The Qormi Wine festival really does have something for everyone, so you don’t need to be a wine buff to attend and have a great time. This year’s festival is the ninth and it brings the delicious wines of Malta into the street, along with parties, music, bread-making and a chance to see the work of celebrated artists and photographers. The festival is held this year on Friday 30 and Saturday 31 August from eight in the evening until midnight – don’t leave it too late; last servings of food and drink are at 11.30.
Qormi’s quaint streets will be mobbed with people all enjoying the party atmosphere which celebrates the very best of all things Maltese. The festival itself is free but there is a small charge for a special custom-made glass which will enable you to have free samples all night. This is only available for the over seventeens, but there is ample non-alcoholic drink available for the under-seventeens and anyone who prefers to avoid alcohol. Parking is free and is the wine festival is easy to find because the organisers always make sure that there is good signposting from nearby Zebburg, Santa Venera, Hamm and Birkirkara.
How can I get there?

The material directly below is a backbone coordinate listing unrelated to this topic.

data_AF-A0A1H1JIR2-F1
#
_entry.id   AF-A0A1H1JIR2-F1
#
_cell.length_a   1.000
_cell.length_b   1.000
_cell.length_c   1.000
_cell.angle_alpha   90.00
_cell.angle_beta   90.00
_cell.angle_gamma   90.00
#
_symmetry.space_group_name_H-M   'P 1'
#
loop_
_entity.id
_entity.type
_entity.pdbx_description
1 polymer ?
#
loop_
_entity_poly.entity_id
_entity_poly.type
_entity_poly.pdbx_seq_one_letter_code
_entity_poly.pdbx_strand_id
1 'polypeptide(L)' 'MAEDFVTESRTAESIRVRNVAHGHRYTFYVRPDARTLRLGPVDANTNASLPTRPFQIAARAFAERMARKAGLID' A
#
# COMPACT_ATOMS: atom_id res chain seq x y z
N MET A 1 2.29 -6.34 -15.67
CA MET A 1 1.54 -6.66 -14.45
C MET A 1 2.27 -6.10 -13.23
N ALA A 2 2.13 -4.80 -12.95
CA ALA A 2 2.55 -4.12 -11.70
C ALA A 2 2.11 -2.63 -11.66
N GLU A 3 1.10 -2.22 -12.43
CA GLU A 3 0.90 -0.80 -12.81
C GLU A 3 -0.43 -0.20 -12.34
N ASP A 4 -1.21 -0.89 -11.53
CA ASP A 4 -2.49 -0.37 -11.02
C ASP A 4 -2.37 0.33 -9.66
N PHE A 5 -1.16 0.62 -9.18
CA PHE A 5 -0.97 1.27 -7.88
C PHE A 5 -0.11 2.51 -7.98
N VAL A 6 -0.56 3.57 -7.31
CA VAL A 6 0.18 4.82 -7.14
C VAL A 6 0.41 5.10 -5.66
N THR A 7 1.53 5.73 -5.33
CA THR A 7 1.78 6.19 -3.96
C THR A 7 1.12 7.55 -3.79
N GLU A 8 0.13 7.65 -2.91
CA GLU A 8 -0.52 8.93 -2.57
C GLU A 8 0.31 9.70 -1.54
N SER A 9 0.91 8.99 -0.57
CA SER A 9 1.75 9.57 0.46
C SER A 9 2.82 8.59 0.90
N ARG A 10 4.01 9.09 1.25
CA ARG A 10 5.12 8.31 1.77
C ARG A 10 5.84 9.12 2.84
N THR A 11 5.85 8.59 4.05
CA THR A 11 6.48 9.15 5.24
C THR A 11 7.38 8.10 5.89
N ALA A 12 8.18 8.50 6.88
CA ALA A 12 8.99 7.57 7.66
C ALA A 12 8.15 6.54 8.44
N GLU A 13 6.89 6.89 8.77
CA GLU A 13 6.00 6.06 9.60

Malta is easy to reach from any main UK airport and you will fly into Valletta. Qormi is southwest of the capital but is easy to reach by public transport. Malta is only 17 miles long and 9 miles wide (considerably smaller than the Isle of Wight, just to give an idea) so nothing is very far from anything else. A holiday on Malta is very relaxing because there is never any feeling of rush or hurry. There are various tour bus options and in Valletta there are horse drawn cabs that can help you up the very steep climb into the centre of the town.
I want to take a look around – what is there to see?
Malta is a fascinating place with many unique features. Its language is the first unique thing, being closer to Arabic languages than European ones, sharing many words that are not found elsewhere. Everyone speaks English on Malta, and signs are all in English, so it is very easy to get around but it retains a very foreign feel – there is no question that you are abroad when you visit Malta. Secondly, it has the George Cross – no other region or country has one and Malta won hers during the Second World War for bravery. For the historian, Malta is a treasure trove. Mainly because of its strategic position it has been in the hands of the Phoenicians, the Greeks, the Romans, the Vandals, the Arabs and the Normans and all have left their mark. The cathedral’s floor is made up of the tombs of the Knights of St John of Jerusalem and is unique and very beautiful. Souvenirs are easy – Maltese crosses are everywhere from artisan made ashtrays to the most beautiful jewellery.